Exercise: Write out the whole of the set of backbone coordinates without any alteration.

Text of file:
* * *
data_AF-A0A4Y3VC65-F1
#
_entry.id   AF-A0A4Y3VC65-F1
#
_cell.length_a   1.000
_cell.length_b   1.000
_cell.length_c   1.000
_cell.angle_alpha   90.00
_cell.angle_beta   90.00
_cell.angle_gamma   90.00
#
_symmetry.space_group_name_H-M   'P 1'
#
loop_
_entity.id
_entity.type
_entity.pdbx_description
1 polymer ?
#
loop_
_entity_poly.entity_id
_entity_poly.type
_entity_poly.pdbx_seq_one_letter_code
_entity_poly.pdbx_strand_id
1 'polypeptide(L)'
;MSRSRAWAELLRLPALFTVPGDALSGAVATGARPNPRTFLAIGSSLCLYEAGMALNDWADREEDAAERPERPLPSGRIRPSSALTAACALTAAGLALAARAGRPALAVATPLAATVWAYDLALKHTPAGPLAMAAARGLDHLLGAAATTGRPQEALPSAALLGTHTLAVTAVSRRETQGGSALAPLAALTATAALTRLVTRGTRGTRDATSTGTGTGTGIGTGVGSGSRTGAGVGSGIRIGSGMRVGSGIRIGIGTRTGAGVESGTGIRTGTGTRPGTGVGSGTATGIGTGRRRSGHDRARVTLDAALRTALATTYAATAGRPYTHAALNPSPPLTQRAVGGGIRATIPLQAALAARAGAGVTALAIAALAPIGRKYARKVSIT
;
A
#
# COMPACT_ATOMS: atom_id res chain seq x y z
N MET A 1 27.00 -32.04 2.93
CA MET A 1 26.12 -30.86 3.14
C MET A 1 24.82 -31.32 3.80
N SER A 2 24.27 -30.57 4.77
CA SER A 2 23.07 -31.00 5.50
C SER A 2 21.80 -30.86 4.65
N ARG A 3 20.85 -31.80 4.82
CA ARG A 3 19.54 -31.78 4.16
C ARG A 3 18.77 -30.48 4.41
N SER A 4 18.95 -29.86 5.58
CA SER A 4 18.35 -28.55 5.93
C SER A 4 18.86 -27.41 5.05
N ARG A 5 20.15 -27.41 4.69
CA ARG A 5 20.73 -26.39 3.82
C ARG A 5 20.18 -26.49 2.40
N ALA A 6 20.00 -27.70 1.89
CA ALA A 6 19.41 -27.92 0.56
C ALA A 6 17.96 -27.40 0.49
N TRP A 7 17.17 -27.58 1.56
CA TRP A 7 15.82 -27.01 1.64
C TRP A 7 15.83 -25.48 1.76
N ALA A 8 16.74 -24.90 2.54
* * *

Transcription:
data_AF-A0A4Y3VC65-F1
#
_entry.id   AF-A0A4Y3VC65-F1
#
_cell.length_a   1.000
_cell.length_b   1.000
_cell.length_c   1.000
_cell.angle_alpha   90.00
_cell.angle_beta   90.00
_cell.angle_gamma   90.00
#
_symmetry.space_group_name_H-M   'P 1'
#
loop_
_entity.id
_entity.type
_entity.pdbx_description
1 polymer ?
#
loop_
_entity_poly.entity_id
_entity_poly.type
_entity_poly.pdbx_seq_one_letter_code
_entity_poly.pdbx_strand_id
1 'polypeptide(L)'
;MSRSRAWAELLRLPALFTVPGDALSGAVATGARPNPRTFLAIGSSLCLYEAGMALNDWADREEDAAERPERPLPSGRIRPSSALTAACALTAAGLALAARAGRPALAVATPLAATVWAYDLALKHTPAGPLAMAAARGLDHLLGAAATTGRPQEALPSAALLGTHTLAVTAVSRRETQGGSALAPLAALTATAALTRLVTRGTRGTRDATSTGTGTGTGIGTGVGSGSRTGAGVGSGIRIGSGMRVGSGIRIGIGTRTGAGVESGTGIRTGTGTRPGTGVGSGTATGIGTGRRRSGHDRARVTLDAALRTALATTYAATAGRPYTHAALNPSPPLTQRAVGGGIRATIPLQAALAARAGAGVTALAIAALAPIGRKYARKVSIT
;
A
#
# COMPACT_ATOMS: atom_id res chain seq x y z
N MET A 1 27.00 -32.04 2.93
CA MET A 1 26.12 -30.86 3.14
C MET A 1 24.82 -31.32 3.80
N SER A 2 24.27 -30.57 4.77
CA SER A 2 23.07 -31.00 5.50
C SER A 2 21.80 -30.86 4.65
N ARG A 3 20.85 -31.80 4.82
CA ARG A 3 19.54 -31.78 4.16
C ARG A 3 18.77 -30.48 4.41
N SER A 4 18.95 -29.86 5.58
CA SER A 4 18.35 -28.55 5.93
C SER A 4 18.86 -27.41 5.05
N ARG A 5 20.15 -27.41 4.69
CA ARG A 5 20.73 -26.39 3.82
C ARG A 5 20.18 -26.49 2.40
N ALA A 6 20.00 -27.70 1.89
CA ALA A 6 19.41 -27.92 0.56
C ALA A 6 17.96 -27.40 0.49
N TRP A 7 17.17 -27.58 1.56
CA TRP A 7 15.82 -27.01 1.64
C TRP A 7 15.83 -25.48 1.76
N ALA A 8 16.74 -24.90 2.54